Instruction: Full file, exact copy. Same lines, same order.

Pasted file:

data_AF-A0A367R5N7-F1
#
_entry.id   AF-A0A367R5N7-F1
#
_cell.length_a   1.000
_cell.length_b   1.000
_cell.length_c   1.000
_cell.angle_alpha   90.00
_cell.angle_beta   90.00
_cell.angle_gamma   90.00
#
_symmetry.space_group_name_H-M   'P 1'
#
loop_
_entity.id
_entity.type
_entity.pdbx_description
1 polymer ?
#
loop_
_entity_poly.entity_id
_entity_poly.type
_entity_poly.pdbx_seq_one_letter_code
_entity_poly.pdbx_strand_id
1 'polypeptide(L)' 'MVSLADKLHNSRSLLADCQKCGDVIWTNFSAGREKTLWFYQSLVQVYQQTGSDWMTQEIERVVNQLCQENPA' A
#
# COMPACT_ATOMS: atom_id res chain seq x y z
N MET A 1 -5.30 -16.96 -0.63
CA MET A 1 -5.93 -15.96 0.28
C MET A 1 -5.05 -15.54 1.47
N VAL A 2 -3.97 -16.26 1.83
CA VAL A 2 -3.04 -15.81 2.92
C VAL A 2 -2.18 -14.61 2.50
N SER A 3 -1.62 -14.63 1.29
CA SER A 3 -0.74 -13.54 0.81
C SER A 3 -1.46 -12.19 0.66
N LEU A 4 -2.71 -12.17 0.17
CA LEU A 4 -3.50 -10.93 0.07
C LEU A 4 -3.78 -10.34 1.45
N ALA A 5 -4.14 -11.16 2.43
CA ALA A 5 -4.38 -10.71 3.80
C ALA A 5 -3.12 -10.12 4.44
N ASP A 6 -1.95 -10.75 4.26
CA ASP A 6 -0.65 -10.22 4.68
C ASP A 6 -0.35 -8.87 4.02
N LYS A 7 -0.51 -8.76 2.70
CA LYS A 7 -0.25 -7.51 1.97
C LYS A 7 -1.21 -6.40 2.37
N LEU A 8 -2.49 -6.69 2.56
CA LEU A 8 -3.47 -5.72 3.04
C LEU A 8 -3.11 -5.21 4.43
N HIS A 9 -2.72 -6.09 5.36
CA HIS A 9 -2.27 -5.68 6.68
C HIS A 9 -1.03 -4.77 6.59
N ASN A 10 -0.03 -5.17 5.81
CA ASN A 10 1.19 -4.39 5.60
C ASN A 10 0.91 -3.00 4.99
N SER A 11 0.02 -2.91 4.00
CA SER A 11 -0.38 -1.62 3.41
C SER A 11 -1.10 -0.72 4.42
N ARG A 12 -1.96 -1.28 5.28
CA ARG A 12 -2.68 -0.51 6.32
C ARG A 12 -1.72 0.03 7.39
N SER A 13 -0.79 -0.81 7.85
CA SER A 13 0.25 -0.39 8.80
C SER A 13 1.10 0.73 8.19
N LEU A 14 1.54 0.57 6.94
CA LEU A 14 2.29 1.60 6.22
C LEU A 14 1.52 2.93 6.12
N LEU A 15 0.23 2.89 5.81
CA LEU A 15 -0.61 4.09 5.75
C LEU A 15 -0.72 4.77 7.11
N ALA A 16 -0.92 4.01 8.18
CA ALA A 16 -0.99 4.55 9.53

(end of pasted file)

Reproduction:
data_AF-A0A367R5N7-F1
#
_entry.id   AF-A0A367R5N7-F1
#
_cell.length_a   1.000
_cell.length_b   1.000
_cell.length_c   1.000
_cell.angle_alpha   90.00
_cell.angle_beta   90.00
_cell.angle_gamma   90.00
#
_symmetry.space_group_name_H-M   'P 1'
#
loop_
_entity.id
_entity.type
_entity.pdbx_description
1 polymer ?
#
loop_
_entity_poly.entity_id
_entity_poly.type
_entity_poly.pdbx_seq_one_letter_code
_entity_poly.pdbx_strand_id
1 'polypeptide(L)' 'MVSLADKLHNSRSLLADCQKCGDVIWTNFSAGREKTLWFYQSLVQVYQQTGSDWMTQEIERVVNQLCQENPA' A
#
# COMPACT_ATOMS: atom_id res chain seq x y z
N MET A 1 -5.30 -16.96 -0.63
CA MET A 1 -5.93 -15.96 0.28
C MET A 1 -5.05 -15.54 1.47
N VAL A 2 -3.97 -16.26 1.83
CA VAL A 2 -3.04 -15.81 2.92
C VAL A 2 -2.18 -14.61 2.50
N SER A 3 -1.62 -14.63 1.29
CA SER A 3 -0.74 -13.54 0.81
C SER A 3 -1.46 -12.19 0.66
N LEU A 4 -2.71 -12.17 0.17
CA LEU A 4 -3.50 -10.93 0.07
C LEU A 4 -3.78 -10.34 1.45
N ALA A 5 -4.14 -11.16 2.43
CA ALA A 5 -4.38 -10.71 3.80
C ALA A 5 -3.12 -10.12 4.44
N ASP A 6 -1.95 -10.75 4.26
CA ASP A 6 -0.65 -10.22 4.68
C ASP A 6 -0.35 -8.87 4.02
N LYS A 7 -0.51 -8.76 2.70
CA LYS A 7 -0.25 -7.51 1.97
C LYS A 7 -1.21 -6.40 2.37
N LEU A 8 -2.49 -6.69 2.56
CA LEU A 8 -3.47 -5.72 3.04
C LEU A 8 -3.11 -5.21 4.43
N HIS A 9 -2.72 -6.09 5.36
CA HIS A 9 -2.27 -5.68 6.68
C HIS A 9 -1.03 -4.77 6.59
N ASN A 10 -0.03 -5.17 5.81
CA ASN A 10 1.19 -4.39 5.60
C ASN A 10 0.91 -3.00 4.99
N SER A 11 0.02 -2.91 4.00
CA SER A 11 -0.38 -1.62 3.41
C SER A 11 -1.10 -0.72 4.42
N ARG A 12 -1.96 -1.28 5.28
CA ARG A 12 -2.68 -0.51 6.32
C ARG A 12 -1.72 0.03 7.39
N SER A 13 -0.79 -0.81 7.85
CA SER A 13 0.25 -0.39 8.80
C SER A 13 1.10 0.73 8.19
N LEU A 14 1.54 0.57 6.94
CA LEU A 14 2.29 1.60 6.22
C LEU A 14 1.52 2.93 6.12
N LEU A 15 0.23 2.89 5.81
CA LEU A 15 -0.61 4.09 5.75
C LEU A 15 -0.72 4.77 7.11
N ALA A 16 -0.92 4.01 8.18
CA ALA A 16 -0.99 4.55 9.53